Saturday, March 22, 2008

Hacking a cheap Canon camera

My cheap Canon IXUS 950 (Powershot SD800 IS in other countries) is a good little camera. Sure, I'd prefer a serious SLR with better lenses and more sophisticated light metering, but digicam quality is good enough for what I do, i.e. mostly family pictures and tourist shots. It's also extremely light (150g!) which makes it ideal to carry around in my pocket, unlike a SLR weighing one kilo and more. However, the manual controls are extremely limited: ISO, exposure, white balance, image size and some (largely useless) color tweaking. There's no way to override autofocus, shutter speed or aperture. Also, there's no battery gauge except the one that starts flashing 2 minutes or so before the battery is finished, which is completely stupid... except for Canon, who probably sells more backup batteries that way.

Now it turns that some very clever folks have developed a firmware enhancement called CHDK (Wiki pages and download area) (I guess it stands for Canon Hack Development Kit) that adds interesting features to several cheap Canon digicams, including RAW file support, battery indicator, ISO control, shutter speed control, focus control (didn't work for me though), histogram (RGB/luminance), zebra mode (areas of over-/underexposure), DOF calculator, scripts (in BASIC!), focus bracketing, exposure bracketing and more. Exposure bracketing is particularly interesting for creating high-dynamic range images, both as 8-bit images for display (see image below) or 32-bit true HDR images for use as environment textures in 3D computer graphics.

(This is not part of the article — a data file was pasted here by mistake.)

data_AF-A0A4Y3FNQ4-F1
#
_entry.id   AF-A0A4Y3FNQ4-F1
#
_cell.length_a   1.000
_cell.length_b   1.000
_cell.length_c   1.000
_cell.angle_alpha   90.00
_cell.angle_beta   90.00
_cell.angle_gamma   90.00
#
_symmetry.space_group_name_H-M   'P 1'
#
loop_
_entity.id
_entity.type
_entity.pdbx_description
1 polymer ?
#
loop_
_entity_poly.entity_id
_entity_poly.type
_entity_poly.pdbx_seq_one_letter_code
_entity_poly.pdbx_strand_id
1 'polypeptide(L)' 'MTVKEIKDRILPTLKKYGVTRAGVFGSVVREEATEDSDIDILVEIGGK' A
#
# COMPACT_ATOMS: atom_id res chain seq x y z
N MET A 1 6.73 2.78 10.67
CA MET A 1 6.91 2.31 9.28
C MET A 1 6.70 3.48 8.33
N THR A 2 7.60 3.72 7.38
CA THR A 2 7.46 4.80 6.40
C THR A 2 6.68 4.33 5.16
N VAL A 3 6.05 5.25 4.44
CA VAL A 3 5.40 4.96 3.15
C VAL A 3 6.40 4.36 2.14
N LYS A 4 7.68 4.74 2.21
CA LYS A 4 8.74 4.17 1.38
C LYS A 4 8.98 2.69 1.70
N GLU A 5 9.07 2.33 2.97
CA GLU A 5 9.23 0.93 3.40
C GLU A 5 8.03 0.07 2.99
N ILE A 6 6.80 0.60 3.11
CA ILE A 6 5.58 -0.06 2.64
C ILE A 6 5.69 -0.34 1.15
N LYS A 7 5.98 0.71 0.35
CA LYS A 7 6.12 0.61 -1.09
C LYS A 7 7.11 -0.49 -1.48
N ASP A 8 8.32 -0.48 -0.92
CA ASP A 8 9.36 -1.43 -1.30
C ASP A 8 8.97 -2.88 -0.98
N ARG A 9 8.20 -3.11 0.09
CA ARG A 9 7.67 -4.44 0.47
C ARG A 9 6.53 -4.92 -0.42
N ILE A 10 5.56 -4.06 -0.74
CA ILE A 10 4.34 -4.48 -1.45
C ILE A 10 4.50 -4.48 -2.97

HDR image created with exposure bracketingThe CHDK wiki describes the firmware in detail and provide links to download pages and utilities (like RAW conversion and processing software). Installation is simple, just copy a couple of files in the root directory of the SD card and load the firmware according to the instructions. The firmware is not stored in the camera itself, so it's always possible to revert to the original firmware. Whether using CHKD voids the warranty isn't clear from a legal point of view, but then wiping the SD card should work ;)

This kind of hack is also a clear demonstration that these cameras are actually crippled for pure marketing reasons. There's absolutely no technical rationale for selling them without a proper battery indicator and the ability to override automatic settings. These practices are common for software, but it's a little unsettling to see them in hardware too.



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